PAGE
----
Wednesday, July 05, 2006

A Lesson In Corporate Knife Fighting

Periodically we see in the news papers or a trade journal that some executive has elected to retire or is leaving his cushy job to “pursue other interests” or to “spend more time with his family”. Of course most other executives know these are simply code words for identifying the loser in some sort of corporate power struggle and the other interests and time spent with the family are simply euphemisms for “seeking other employment”. What people outside of the executive ranks rarely see or understand is that life in the executive suite is frequently brutal and everyday is like a fight in an alley way. The following is a sample of how these things go and is based on an actual situation.

The Executive Vice President had five Industry Groups reporting to him, each headed by a Divisional Vice President. Of these five one was ready for retirement, two were asleep at the switch, and the remaining two were predators, and each was intent on becoming President of the company some day. The Predators realized that the only competition they had came from each other so they were very competitive with each other and largely ignored the others. Without any warning the Executive Vice President left the company and the President appointed the near-to-retirement (NTR),Vice President to replace him. This was a stunning turn of events to the Predators since neither of them was chosen. However, it was clear the appointment of the NTR Vice President was simply a place holder, pending the selection of permanent replacement, so all was not yet lost.

The Predators formed a peace pact and began to work together to divide the spoils and the power. The plan was to convince the new VP to divide his Industry Group between the two Predators and thus not replace himself. The plan worked like a charm. The spoils were divided, their power base expanded, and then the bomb dropped. The NTR VP announced that he was planning on completely reorganizing the divisions and would be bringing in a new executive to help in the organization. The Predators immediately closed ranks and launched an attack on this totally dumb idea. It was a dumb idea because it immediately provided them with a logical competitor for the EVP slot when the NTR VP retired. They used every argument and rationale they could to prevent bringing in an outsider. However, they were caught off-guard and so were unable to mount an effective opposition before the new executive was hired.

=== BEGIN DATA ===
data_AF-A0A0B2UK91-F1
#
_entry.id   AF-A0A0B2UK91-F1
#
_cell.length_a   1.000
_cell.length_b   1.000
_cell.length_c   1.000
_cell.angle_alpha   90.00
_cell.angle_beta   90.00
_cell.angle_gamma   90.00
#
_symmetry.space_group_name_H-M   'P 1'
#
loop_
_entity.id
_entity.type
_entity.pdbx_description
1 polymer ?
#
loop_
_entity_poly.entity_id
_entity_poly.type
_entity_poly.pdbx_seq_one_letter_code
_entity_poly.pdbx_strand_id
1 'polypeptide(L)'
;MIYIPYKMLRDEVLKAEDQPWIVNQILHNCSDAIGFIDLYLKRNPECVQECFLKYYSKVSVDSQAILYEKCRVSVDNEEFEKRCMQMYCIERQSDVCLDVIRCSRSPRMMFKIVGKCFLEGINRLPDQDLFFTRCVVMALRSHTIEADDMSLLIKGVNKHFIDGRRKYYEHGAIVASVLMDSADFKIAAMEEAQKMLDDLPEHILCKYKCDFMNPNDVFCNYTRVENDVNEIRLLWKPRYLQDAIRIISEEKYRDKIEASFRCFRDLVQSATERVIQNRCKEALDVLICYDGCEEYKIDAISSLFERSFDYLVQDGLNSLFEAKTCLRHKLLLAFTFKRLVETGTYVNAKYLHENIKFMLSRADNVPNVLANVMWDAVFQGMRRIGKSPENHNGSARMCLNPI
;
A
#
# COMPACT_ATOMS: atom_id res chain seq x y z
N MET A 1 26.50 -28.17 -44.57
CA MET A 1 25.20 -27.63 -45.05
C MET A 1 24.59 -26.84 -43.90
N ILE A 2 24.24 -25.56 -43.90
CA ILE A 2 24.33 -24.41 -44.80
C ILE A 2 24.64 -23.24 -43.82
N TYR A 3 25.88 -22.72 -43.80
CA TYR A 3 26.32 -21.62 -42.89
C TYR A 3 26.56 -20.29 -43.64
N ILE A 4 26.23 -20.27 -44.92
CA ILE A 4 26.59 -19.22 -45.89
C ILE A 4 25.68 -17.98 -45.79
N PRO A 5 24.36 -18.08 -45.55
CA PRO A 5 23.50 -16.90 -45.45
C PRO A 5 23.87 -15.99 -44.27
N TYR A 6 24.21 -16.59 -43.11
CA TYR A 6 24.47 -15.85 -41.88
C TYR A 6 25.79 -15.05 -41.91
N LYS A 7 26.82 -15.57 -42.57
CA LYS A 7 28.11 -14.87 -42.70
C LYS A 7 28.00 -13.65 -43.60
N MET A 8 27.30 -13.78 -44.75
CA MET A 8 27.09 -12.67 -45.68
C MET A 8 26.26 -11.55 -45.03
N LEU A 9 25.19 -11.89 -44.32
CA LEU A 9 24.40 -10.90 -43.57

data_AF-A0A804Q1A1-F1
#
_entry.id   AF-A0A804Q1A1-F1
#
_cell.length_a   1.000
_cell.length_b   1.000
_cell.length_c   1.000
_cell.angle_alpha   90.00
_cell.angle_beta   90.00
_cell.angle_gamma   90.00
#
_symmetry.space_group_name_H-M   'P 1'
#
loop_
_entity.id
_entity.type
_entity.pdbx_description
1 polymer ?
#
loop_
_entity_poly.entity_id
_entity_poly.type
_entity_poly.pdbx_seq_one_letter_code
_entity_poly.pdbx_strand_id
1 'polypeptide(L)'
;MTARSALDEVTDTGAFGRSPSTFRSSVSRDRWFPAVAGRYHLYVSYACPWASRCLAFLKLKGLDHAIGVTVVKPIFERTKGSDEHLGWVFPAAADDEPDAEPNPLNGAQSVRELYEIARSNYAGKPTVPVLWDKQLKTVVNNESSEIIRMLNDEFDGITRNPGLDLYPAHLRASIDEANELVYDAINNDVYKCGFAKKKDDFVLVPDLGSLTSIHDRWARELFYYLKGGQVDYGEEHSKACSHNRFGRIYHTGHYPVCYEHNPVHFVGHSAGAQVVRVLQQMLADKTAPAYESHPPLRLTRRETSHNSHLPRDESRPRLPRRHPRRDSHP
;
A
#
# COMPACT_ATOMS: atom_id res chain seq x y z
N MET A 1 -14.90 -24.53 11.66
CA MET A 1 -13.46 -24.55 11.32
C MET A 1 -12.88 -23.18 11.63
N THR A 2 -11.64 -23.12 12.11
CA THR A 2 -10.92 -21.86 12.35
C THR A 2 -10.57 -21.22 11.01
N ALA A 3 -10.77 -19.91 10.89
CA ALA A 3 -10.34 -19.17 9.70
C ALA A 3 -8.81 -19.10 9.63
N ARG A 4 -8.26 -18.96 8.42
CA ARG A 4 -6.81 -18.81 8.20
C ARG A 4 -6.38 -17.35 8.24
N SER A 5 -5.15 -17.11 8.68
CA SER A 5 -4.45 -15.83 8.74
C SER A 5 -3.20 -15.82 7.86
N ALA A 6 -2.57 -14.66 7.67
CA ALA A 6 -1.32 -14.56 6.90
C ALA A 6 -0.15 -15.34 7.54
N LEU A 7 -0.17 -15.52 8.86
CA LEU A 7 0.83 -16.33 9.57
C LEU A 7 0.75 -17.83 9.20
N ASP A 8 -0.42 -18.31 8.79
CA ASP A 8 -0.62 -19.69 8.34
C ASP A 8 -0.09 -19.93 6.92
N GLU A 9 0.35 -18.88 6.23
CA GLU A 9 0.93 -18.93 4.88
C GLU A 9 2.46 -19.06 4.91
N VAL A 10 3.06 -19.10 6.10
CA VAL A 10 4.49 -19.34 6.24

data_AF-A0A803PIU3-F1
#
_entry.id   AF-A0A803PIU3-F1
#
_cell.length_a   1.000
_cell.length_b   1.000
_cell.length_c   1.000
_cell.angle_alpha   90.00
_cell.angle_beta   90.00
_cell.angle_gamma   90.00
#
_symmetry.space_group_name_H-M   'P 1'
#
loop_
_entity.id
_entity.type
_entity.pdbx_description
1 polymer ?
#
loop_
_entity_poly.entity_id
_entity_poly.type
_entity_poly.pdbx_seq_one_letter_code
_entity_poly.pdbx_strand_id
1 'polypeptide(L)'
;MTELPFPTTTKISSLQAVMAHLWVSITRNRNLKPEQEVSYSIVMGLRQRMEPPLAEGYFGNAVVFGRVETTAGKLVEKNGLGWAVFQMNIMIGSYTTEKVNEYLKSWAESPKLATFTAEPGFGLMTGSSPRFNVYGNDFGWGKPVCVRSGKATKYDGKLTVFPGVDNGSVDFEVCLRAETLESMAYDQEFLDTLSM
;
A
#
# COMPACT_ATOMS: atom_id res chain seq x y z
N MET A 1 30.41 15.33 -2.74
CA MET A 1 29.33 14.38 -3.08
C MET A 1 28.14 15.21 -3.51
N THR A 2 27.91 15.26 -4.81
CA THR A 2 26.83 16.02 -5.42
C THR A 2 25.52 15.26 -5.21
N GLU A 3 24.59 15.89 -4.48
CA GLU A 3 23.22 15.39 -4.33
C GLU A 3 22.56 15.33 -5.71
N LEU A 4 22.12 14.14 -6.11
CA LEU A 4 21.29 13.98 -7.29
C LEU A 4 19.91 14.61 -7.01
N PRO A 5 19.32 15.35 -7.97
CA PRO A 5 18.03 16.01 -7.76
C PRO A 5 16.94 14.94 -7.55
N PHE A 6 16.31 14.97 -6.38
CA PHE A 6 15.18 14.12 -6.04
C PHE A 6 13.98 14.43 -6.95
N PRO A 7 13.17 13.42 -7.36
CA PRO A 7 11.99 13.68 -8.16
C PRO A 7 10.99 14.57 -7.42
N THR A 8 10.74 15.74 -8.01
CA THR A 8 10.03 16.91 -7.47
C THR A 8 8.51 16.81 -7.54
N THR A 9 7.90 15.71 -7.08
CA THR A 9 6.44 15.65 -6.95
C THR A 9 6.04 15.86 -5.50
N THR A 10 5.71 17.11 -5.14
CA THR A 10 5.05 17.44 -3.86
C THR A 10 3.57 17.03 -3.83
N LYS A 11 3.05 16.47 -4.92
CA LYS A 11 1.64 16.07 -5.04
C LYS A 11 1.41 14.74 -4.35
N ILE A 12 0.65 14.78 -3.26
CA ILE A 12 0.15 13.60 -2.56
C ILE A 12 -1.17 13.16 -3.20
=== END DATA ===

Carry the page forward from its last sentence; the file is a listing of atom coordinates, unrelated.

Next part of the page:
Of course the new executive had no idea regarding who any of the players were. The President and the NTR VP had recruited him from the outside to assist in a reorganization effort. Beyond that he knew nothing and certainly was not warned about the competitive nature of his colleagues.

The Predators welcomed him with open arms, each vying with the other to be the most cooperative. They provided him with documentation (by the box), had key individuals brief him (by the hour), submitted recommendations and suggestions almost daily. Of course the documentation was randomly boxed, the briefings tangential to the objective, and the suggestions and recommendations conflicting. Meanwhile the Predators were complaining to the President that the reorganization plan was dragging them down, the new executive was working too slowly, and things were really better like they were and the reorganization was unnecessary. The new executive was unaware of this background action and continued to try to sort out the current situation while trying to put together a new organizational plan.

To some extent the rearguard action was successful because the NTR VP announced that the reorganization plan was going slower than expected so in the interim he was going to re-establish the old organization. This meant pulling the units that formerly reported to him out of the Predators Divisions and re-creating the Industry Group that he formerly led. The new executive would be the Divisional Vice President responsible for the reconstituted Industry Group. This was an unexpected turn of events, but the Predators knew how to handle a situation like this. They simply sorted the employees by contribution, established the bottom performers, and transferred them to the new executive, swearing of course that he was taking their very best people. The new Industry Group floundered about while the new executive attempted to get it organized. The Predators continued their attack except it was now on two fronts. The reorganization plan was dragging on forever, and the new Industry Group was dragging all of the other Divisions down.